Control, Constancy, and Change
This chapter is a critical inquiry into the phenomena of systems stability and social change. It starts by suggesting that whereas the necessity for critical systems thinking in systems science is undeniable, its very slow appearance may be attributable to ideological reasons. The chapter proceeds by arguing that any penetrative account of social systems stability and change must lie in a historical rather than naturalistic explanation. This implies that the concepts of power, ideology, and social control must be confronted and addressed explicitly and not bypassed in silent embarrassment. From a conceptual analysis of power, ideology, and social control, this chapter arrives at the justification of its thesis: that systems stability and change tendencies are a consequence of a particular architecture of power and ideology in being. The critical implication is that when the existing social order is founded on coercive systems of exploitation and oppression, then the dissolution of the problem must lie in the radical transformation of that social order.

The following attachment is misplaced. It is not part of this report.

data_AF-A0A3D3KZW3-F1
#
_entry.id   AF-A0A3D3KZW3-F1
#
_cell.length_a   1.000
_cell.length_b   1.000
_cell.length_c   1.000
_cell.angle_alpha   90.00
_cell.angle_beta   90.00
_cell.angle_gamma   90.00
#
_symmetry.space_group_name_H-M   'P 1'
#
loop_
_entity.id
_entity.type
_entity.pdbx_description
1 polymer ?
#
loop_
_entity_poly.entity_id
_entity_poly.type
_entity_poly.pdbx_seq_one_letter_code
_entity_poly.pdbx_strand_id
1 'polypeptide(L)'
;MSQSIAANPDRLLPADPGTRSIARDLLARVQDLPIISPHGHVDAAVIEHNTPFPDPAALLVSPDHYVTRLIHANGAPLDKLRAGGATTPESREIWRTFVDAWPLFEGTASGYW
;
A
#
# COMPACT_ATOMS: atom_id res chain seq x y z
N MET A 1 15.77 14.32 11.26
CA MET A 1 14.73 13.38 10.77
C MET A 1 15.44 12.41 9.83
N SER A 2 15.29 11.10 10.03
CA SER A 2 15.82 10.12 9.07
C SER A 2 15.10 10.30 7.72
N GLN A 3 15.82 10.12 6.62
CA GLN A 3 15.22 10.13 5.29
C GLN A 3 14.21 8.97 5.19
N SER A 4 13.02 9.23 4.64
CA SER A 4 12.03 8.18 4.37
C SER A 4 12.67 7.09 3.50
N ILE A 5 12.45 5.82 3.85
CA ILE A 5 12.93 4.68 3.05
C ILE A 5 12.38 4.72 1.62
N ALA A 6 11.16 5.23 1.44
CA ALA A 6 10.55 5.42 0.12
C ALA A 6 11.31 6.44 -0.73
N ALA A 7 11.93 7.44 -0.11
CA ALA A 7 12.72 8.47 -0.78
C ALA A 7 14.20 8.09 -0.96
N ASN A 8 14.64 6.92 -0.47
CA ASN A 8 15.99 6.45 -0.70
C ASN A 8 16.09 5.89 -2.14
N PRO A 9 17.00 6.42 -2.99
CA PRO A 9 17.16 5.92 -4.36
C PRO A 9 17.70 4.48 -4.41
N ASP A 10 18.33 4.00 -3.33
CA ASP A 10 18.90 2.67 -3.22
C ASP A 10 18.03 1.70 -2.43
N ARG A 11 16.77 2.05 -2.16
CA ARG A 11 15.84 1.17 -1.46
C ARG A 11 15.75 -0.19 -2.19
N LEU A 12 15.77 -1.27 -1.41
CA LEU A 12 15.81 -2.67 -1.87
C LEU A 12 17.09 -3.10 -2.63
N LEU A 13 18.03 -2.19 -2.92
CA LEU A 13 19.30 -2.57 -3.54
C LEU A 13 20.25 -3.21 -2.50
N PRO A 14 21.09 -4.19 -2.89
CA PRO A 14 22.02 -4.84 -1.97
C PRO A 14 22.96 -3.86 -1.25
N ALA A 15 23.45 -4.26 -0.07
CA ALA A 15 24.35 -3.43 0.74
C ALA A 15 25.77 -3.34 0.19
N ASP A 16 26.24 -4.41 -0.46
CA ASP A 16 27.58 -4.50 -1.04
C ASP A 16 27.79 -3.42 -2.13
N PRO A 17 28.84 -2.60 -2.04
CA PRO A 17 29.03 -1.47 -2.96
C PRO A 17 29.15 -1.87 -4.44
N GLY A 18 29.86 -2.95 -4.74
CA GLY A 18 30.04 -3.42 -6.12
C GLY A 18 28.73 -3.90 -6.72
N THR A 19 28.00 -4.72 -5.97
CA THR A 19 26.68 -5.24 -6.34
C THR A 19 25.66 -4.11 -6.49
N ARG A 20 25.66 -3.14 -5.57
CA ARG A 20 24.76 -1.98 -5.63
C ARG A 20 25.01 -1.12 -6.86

KeywordsSocial Control System Stability Social Order Change Tendency Dominant Ideology
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